|Mind/Body CE Comments Ethics Clinical Mastery Narcissistic Clients Community of Excellence Future of Psychotherapy Trauma Etienne Wenger Diets Couples Therapy Clinical Excellence Couples Anxiety Challenging Cases Attachment The Future of Psychotherapy Mary Jo Barrett Symposium 2012 Alan Sroufe Wendy Behary Attachment Theory Great Attachment Debate David Schnarch Gender Issues Linda Bacon Men in Therapy Mindfulness William Doherty Brain Science|
|Beyond the Consulting Room - Page 6|
Listen for Public Stories
With my newfound insight into the public dimensions of this problem, I moved to the next essential task of the citizen-therapist: talking with people in the community about the issue. Whenever I expressed curiosity about hockey schedules and missed family dinners and traveling leagues and cutthroat competitive dance, I was flooded with stories from exhausted, discouraged parents. When I asked my clients about their daily schedules (a topic I'd previously avoided as "too superficial"), they told me at length about their harried lives.
I learned to start conversations with parents in my community by passing on stories from previous conversations, which elicited vigorous nods and even more outrageous stories to pass on—like the 4-year-olds who practiced hockey at 5:00 a.m. on nursery school days (true story). Whenever I got myself invited to speak to PTA groups and church forums, I asked for more stories and invited attendees to reflect together on what's happened in our culture to bring this craziness upon us. Virtually every parent I talked to was eager to engage with this as a public issue.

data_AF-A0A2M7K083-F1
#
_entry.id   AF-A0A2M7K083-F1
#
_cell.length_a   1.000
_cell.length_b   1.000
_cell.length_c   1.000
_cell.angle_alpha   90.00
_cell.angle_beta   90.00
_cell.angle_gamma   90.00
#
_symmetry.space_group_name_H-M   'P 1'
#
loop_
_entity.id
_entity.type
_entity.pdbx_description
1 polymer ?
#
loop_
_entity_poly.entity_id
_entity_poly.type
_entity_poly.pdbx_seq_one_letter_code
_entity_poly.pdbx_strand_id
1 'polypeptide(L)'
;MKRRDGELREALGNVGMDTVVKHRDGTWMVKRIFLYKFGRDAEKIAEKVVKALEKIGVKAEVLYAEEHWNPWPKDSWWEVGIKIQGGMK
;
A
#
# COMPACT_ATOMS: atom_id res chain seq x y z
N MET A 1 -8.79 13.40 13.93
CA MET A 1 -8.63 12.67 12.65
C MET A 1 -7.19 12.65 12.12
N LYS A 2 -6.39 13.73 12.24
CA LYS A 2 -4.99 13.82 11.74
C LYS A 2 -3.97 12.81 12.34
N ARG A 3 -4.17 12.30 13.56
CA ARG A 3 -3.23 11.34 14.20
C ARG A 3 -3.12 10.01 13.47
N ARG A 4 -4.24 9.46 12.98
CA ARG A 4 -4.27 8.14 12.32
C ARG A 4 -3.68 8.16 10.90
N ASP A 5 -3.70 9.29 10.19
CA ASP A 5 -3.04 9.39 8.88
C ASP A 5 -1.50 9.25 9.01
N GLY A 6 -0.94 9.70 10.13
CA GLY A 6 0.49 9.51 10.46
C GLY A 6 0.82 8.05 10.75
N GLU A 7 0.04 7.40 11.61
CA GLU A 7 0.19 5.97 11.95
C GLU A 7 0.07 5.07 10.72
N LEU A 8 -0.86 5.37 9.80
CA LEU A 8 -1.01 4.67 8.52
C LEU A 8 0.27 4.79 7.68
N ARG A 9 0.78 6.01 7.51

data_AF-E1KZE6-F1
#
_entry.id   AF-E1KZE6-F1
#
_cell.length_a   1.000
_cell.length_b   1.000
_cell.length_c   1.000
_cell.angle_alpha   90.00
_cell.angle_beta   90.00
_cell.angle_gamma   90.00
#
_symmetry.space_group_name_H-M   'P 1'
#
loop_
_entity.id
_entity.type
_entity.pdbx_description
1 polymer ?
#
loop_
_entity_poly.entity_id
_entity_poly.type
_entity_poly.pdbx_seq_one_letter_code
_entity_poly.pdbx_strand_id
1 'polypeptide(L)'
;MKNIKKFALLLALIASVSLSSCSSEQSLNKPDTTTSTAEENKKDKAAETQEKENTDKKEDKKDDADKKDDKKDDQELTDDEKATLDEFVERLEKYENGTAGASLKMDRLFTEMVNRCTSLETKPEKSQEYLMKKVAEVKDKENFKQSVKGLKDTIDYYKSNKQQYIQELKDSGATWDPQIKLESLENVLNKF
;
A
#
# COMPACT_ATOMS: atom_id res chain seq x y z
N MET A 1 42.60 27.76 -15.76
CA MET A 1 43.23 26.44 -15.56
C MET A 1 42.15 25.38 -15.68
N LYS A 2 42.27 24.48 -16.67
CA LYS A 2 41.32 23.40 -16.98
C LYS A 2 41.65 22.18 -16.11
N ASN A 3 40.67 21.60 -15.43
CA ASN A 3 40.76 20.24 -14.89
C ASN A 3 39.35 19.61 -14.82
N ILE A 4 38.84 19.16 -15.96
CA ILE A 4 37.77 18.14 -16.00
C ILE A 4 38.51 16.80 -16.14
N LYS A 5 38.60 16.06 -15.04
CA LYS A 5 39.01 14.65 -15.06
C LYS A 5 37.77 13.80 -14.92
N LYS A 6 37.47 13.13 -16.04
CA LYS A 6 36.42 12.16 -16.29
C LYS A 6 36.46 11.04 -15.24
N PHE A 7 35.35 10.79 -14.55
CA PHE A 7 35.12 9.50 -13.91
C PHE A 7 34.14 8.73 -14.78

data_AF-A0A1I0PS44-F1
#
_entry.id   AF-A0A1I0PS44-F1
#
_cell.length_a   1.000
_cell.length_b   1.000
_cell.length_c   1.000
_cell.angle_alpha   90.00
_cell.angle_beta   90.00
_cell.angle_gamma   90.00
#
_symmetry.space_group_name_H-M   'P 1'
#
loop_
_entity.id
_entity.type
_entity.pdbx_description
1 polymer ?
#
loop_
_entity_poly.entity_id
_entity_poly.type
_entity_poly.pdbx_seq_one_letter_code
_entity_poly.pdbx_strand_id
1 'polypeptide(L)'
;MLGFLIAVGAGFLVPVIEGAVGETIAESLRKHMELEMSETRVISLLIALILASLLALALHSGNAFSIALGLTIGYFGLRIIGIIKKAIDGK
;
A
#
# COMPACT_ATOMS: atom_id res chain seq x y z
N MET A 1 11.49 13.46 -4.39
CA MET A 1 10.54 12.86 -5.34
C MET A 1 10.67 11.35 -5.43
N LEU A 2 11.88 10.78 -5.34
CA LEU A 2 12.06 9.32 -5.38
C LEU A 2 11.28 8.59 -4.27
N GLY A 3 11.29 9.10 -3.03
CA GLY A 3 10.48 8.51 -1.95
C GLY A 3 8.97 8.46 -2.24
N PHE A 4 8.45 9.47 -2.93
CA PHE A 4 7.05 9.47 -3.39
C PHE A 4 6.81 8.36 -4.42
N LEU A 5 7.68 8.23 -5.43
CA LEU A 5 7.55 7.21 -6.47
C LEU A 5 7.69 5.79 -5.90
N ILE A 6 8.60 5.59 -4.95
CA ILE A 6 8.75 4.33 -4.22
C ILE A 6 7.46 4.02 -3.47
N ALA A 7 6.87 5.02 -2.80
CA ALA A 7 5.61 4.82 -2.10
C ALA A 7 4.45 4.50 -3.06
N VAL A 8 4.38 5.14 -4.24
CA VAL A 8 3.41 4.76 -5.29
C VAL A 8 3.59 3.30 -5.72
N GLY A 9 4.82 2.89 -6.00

Link the Personal to the Communal—in Public
It's relatively easy to get people talking about problems that bedevil their own families; it's a bigger challenge to help them connect their own stories to the community's story and to the work that lies ahead. At a town meeting in Wayzata for the launching of the Putting Family First project, I decided to address this challenge head-on. I put four questions to the 80-some parents, school board members, and community officials present: "Is this problem we're talking about here—overscheduled kids and underconnected families—only an individual family problem? or is it also a community problem? Are the solutions only individual family solutions? or are they also community solutions? Do you think this community is ready to take action? What actions should we take?"